Nearly 4,000-year-old garden found in British Columbia

Potato garden could be the first evidence of wetland plant cultivation in the Pacific Northwest

Submerged rock allowed Indigenous people to control how far t hey potatoes/tubers would grow, allowing for easier harvest. Credit: Katzie Development Limited Partnership

Archaeologists have found what may be the world’s oldest garden in British Columbia.

The excavated garden consisted of 3,768 wapato tubers (Sagittaria latifolia), also called Indian potatoes, and was found on Katzie First Nation territory. It was found during a routine roadwork inspection. Radiocarbon dating from the wooden tools suggests that the garden is 3,800 years old, but was abandoned 3,200 years ago.

The investigation, published in Science Advances, was led by Tanja Hoffmann of Simon Fraser University in British Columbia. The dig also uncovered crude wooden digging tools with burnt, hardened tips. This finding led researchers to conclude that this garden is the first evidence of North American hunter-gatherers utilizing wetland plant cultivation in the Pacific Northwest. The research article calls these findings “a particularly strong example because it does not rely only on proxy evidence for plant management.”

The potato garden also appeared to use relatively advanced engineering techniques. A stone “pavement” was built in the garden by packing it with rocks. This had several advantages, as it allowed the gardeners to control how deep the potatoes would grow into the ground, and it also made it easier for the potatoes to be harvested.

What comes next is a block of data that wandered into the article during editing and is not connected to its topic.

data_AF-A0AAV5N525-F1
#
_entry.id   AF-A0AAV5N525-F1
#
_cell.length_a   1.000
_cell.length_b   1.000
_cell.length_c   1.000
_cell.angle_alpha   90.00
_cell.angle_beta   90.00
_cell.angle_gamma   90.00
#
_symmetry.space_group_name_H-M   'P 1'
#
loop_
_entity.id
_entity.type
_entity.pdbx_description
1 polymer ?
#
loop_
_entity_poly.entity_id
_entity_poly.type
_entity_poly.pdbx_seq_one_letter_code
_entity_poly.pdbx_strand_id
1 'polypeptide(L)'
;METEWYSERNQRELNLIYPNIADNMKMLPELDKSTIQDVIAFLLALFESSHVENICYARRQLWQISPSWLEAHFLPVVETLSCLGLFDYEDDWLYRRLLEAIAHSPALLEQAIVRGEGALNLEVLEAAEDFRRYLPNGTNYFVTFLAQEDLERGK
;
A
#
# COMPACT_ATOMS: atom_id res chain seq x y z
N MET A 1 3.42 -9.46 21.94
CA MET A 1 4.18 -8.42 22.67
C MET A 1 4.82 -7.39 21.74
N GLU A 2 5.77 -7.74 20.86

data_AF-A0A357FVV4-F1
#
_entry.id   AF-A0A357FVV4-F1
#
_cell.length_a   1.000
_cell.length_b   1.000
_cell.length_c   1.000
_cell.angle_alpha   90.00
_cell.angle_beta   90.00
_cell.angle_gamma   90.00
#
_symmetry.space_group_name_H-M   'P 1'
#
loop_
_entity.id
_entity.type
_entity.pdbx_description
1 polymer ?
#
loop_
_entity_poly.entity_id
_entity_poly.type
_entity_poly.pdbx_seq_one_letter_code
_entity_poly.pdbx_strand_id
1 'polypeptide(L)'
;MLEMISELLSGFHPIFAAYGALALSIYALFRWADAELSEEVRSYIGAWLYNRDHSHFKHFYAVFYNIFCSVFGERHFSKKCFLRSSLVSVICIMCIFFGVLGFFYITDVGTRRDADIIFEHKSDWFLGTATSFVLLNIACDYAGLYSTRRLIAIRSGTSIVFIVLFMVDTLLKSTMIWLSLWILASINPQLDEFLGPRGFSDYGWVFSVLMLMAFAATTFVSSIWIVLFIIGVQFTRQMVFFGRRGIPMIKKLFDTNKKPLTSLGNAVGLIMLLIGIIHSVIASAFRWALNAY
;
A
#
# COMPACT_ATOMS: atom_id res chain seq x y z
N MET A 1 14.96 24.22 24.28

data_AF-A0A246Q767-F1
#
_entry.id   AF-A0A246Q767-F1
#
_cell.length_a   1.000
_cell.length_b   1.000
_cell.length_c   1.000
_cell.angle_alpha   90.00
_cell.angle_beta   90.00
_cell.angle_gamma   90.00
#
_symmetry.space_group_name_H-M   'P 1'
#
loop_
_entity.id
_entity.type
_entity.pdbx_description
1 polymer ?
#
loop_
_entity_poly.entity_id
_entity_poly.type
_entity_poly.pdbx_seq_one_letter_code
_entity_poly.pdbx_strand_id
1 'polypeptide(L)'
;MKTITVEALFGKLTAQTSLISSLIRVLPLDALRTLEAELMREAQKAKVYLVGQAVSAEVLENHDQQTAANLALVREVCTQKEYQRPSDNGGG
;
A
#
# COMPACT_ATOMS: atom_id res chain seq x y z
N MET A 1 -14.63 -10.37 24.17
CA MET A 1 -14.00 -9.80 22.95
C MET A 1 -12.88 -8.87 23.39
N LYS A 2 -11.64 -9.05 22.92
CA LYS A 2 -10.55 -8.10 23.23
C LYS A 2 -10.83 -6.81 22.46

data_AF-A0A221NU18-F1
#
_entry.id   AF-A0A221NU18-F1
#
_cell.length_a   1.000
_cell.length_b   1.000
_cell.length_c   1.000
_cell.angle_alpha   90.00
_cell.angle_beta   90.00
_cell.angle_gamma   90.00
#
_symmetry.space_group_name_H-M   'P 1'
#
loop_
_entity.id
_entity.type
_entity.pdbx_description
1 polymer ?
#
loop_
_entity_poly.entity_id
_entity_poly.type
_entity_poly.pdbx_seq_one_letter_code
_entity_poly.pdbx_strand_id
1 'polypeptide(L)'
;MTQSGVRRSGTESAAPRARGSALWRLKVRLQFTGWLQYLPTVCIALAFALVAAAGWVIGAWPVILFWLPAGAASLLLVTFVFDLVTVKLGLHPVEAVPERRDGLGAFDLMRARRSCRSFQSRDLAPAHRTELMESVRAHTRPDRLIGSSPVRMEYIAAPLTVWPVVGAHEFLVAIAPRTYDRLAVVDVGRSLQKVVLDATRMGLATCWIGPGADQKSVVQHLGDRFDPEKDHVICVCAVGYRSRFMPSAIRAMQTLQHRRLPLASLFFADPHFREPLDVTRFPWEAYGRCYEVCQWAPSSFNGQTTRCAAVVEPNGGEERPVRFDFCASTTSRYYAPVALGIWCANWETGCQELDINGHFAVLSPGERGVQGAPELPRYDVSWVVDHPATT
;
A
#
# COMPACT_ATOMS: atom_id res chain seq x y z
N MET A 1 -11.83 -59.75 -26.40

A stone wall was also built and relatively well-preserved. Wapato tubers grow in the swamp-like dirt under freshwater. The wall would have kept the potatoes uniform and easier to find, along with keeping the water in. These water-heavy conditions also created a good environment for preservation, which is why these potatoes did not disintegrate over thousands of years. The remains of the wapato tubers were blackened, but some were so well-preserved that some had managed to keep part of their starchy insides intact until now.

Wapato tubers have a long history as a crucial part of First Nations diets. Some of the very first ethnographic accounts of the Pacific Northwest mention them, and while wapato was not a widely domesticated crop, they were a heavily traded food. Non-domestic plant management was a common source of food throughout history.

Wapato tubers were typically harvested from October to February, and were an important source of carbohydrates during cold winters. Wapato tubers today are found along southern Canada and the United States.